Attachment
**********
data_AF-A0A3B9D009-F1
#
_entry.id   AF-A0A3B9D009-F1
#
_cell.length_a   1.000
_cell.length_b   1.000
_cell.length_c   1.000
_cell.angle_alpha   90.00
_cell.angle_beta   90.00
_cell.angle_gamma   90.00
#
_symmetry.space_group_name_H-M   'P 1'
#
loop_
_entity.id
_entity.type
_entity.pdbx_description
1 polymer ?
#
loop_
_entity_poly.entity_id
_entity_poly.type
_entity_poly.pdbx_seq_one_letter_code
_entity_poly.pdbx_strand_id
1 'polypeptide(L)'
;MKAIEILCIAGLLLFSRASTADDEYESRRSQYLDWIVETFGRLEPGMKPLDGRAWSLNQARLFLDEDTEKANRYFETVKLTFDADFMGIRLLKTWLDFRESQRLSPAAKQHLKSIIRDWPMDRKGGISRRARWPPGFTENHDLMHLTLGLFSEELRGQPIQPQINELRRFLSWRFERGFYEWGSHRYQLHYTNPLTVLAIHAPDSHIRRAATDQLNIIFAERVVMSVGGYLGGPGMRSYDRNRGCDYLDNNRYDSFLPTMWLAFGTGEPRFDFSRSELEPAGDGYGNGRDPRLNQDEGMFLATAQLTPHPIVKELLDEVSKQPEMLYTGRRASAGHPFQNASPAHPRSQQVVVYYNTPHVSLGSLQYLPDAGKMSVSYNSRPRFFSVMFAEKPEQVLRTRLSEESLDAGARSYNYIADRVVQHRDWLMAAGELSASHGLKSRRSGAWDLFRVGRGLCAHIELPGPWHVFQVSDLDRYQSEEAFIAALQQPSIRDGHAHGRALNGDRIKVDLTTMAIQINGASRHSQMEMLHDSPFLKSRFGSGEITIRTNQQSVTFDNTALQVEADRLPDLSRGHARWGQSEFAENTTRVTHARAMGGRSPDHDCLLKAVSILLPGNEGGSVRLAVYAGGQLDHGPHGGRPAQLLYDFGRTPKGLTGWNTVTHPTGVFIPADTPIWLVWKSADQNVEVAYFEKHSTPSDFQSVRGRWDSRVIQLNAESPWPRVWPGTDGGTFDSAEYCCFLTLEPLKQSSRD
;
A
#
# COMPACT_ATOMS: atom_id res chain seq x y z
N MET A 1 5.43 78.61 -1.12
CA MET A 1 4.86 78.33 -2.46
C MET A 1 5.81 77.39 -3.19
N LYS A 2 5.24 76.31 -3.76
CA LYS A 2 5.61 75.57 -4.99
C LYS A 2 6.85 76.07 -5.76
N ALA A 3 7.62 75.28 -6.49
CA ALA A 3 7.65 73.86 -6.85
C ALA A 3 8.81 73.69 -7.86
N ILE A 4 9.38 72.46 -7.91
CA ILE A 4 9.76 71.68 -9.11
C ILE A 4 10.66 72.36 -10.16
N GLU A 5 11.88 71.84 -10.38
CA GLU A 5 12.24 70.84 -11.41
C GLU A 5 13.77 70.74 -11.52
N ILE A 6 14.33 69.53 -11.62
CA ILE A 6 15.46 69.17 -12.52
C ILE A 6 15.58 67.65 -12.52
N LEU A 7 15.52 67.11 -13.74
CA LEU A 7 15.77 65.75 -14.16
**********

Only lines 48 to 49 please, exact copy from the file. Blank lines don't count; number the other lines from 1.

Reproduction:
C ILE A 6 15.58 67.65 -12.52
N LEU A 7 15.52 67.11 -13.74